Olive oil for everything, everywhere, always and forever


BEIRUT: Drizzle it over your hummus and moutabel, pour it into your tabbouleh with an equal measure of lemon juice, douse your loubiyeh bi zeit, your foul mdammas, your labneh and your balila with a healthy portion of it. Use it as a moisturizer, a cuticle softener, a hair conditioner and a makeup remover. Mix it with crushed figs for a homemade colonic, with herbal tea to heal blisters, with water to soothe a sunburn. Prolong the life of cut flowers by soaking their stems in it. Use it to shine furniture and floors, to polish pearls, to grease snowboard bindings, to loosen a stuck zipper or ease a squeaky door hinge. "Green Gold: The Story of Lebanese Olive Oil" details the many modern and traditional uses of olive oil to a degree so dizzying it borders on obsessive.

Written by Sabina Mahfoud with recipes by Mary Elizabeth Sabieh and photographs by Roger Moukarzel and Kamal Mouzawak, "Green Gold" is a vivacious, colorful coffee-table tome and many books folded into one.

It is a swift introduction to Lebanon geared toward a readership of outsiders and a counterweight to the country's international media profile as a war-torn basket-case. It is a story about farmers and rural food producers. It's a journalistic account of sustainable development and a personal narrative of discovery and deep affection. It is a cookbook, a beauty guide and a how-to reference on the process of harvesting olives from start to finish. It is a source book for those interesting in organic products, replete with maps and lists of olive oil producers, distributors and the non-governmental organizations that serve their interests in Lebanon. It is a quick flip or a long slog, depending on your own interests.

Mahfoud, who was born in the UK, raised in Austria and lives in Lebanon with her husband and children, has written a kind of love letter to her adoptive country through the story of its most tenacious trees and the essential ingredients they yield. Her text is littered with historical references (the first Olympic torch was a burning olive branch) and literary allusions (Homer allegedly called olive oil "liquid gold," though Mahfoud admits the reference doesn't exist is her battered translation of "The Iliad").

To structure her narrative, Mahfoud sets out to visit Lebanon's olive harvesting regions and meet the farmers who have been pruning, picking and pressing olives for generations. In Zgharta, she speaks to Sheikh Suleiman al-Dagher, president of the olive oil producers' syndicate. In Akkar, she seeks out Youssef Fares, an agricultural engineer who uses a modern press to extract his own brand of olive oil called Zejd. She ventures to Sidon to catch up with Zahia Abboud, a third-generation olive farmer who uses a stone press that dates back to 1932.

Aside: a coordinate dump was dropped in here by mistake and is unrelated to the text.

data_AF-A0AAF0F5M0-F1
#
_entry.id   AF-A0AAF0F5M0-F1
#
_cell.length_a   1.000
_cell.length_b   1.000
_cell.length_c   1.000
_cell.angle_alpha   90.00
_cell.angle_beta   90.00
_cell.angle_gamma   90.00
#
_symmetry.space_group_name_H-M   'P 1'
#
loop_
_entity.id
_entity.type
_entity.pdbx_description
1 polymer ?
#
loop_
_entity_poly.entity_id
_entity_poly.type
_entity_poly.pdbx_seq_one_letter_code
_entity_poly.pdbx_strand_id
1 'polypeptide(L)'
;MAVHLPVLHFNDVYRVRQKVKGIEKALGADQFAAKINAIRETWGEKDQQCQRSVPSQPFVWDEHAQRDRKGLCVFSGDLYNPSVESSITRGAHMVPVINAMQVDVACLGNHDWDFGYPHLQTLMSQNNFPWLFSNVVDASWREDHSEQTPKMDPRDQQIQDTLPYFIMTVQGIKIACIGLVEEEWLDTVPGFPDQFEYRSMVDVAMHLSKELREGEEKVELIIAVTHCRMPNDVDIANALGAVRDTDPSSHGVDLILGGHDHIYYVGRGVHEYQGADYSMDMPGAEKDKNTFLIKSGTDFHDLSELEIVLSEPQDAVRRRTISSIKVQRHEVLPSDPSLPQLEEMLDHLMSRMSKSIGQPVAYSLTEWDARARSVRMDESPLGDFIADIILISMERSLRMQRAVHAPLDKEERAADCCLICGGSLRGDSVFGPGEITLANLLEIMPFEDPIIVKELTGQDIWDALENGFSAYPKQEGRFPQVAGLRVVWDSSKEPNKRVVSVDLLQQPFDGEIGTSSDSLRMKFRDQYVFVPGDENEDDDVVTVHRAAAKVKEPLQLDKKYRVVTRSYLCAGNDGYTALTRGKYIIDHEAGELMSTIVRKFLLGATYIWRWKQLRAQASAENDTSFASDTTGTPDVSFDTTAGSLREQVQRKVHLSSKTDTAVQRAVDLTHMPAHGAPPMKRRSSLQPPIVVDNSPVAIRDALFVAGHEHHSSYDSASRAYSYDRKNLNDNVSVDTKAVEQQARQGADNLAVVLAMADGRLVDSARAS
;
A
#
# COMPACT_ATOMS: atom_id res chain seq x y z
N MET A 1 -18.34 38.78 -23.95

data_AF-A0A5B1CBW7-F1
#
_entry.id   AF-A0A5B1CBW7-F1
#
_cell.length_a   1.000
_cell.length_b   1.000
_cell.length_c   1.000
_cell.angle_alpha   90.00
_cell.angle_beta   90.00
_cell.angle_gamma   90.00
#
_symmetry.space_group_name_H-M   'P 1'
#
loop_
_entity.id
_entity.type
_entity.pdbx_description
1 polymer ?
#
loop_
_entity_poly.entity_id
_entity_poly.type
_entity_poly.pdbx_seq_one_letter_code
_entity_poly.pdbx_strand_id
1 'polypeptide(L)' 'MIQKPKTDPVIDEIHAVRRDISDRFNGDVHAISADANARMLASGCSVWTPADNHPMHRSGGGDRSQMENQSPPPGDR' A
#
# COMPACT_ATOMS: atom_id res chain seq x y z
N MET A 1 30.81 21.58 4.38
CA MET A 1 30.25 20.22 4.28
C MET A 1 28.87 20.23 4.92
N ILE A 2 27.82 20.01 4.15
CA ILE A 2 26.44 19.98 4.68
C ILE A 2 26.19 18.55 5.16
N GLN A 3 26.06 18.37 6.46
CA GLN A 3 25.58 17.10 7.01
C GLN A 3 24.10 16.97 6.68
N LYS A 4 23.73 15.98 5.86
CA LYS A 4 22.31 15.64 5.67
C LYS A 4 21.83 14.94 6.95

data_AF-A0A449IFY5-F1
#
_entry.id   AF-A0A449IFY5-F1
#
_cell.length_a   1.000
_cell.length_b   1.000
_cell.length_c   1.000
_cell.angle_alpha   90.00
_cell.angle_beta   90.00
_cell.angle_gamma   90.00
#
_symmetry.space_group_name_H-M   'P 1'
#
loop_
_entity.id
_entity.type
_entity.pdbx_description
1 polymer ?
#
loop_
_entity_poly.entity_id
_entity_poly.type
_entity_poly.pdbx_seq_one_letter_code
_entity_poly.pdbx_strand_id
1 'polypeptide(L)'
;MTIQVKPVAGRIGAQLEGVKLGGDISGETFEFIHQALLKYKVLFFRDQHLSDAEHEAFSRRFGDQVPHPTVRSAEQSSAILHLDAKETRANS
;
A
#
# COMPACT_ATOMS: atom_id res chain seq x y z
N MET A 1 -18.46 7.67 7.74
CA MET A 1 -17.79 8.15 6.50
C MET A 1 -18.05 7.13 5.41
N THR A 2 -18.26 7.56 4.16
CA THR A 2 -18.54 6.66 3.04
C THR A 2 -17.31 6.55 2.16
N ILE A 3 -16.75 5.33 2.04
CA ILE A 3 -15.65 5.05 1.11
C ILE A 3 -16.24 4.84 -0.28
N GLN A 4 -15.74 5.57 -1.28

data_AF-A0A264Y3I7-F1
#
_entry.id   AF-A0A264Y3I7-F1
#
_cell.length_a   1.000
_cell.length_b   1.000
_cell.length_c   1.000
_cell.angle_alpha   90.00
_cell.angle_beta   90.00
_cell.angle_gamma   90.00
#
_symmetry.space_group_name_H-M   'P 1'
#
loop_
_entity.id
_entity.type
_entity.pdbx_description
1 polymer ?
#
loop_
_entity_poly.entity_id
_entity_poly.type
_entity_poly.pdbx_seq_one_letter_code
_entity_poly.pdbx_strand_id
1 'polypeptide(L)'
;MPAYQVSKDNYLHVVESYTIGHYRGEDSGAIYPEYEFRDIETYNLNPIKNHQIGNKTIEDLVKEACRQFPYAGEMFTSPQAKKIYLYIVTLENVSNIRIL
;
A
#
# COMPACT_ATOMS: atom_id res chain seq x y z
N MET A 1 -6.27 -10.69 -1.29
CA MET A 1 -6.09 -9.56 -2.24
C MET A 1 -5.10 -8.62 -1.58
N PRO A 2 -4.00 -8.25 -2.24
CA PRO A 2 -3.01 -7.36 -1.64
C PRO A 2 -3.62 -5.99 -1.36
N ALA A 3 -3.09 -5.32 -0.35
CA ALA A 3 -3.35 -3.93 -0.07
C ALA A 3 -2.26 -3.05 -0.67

With such subjects as Jamil Bou Farah in Kfar Aqaa, farmer-musician Marwan Khodor in Baakline and Suhaila Bannout Sinai, Mahfoud's purpose is that of recording oral histories for the sake of posterity. She asks the farmers how they tend to their olive groves and whether they irrigate their trees or depend on rainfall. She questions their methods for determining when the harvest season should begin. She tests out theories and proverbs and bits of mysticism she has picked up over the course of her research.

At times, she seems eager to romanticize or exoticize her material - she asks Bannout if the lunar calendar guides her to her ripest olives and if she picks them under the cover of moonlight. "No, I just squeeze the olives on the tree," Bannout replies bluntly, "and when they are juicy enough I know it's time." No-nonsense farmer 1, high-minded city folk 0.

If olive oil is Lebanon's green gold, as Kerala's peppercorns were once the South Indian state's black gold (thus attracting numerous waves of colonial exploitation), then this book is also an appeal for the country's rural villages to turn the tables and package their goods as a potentially lucrative gourmet export. "Green Gold" gives olive oil the wine treatment - full of fast facts, tasting guidelines and edifying lists that delineate the differences among olive tree varieties and percentages of oleic acid content in the final product.

The Hasbaya region produces olive oil with a hint of bitterness, Mahfoud tells her readers. Zgharta's olive oil has a faint taste of apple. South Lebanon produces olive oil with a flavor of green banana or artichoke. North Lebanon makes olive oil evoking grassiness. Both the North and the South produce olive oil reminiscent of green almonds.

There are times when "Green Gold" irks with its missionary zeal. With lines like  "Divinity seems to flow through the branches of the olive oil tree," the text is cloying at times. But the book's faults are minor and are amply counterbalanced by striking photographs and a veritable glut of useful information.

If nothing else, "Green Gold" will save you loads of cash once you realize that you can trash all those expensive mass-produced beauty products and content yourself with a few jugs of all-purpose home-grown olive oil instead.

"Green Gold: The Story of Lebanese Olive Oil" is published by Turning Point





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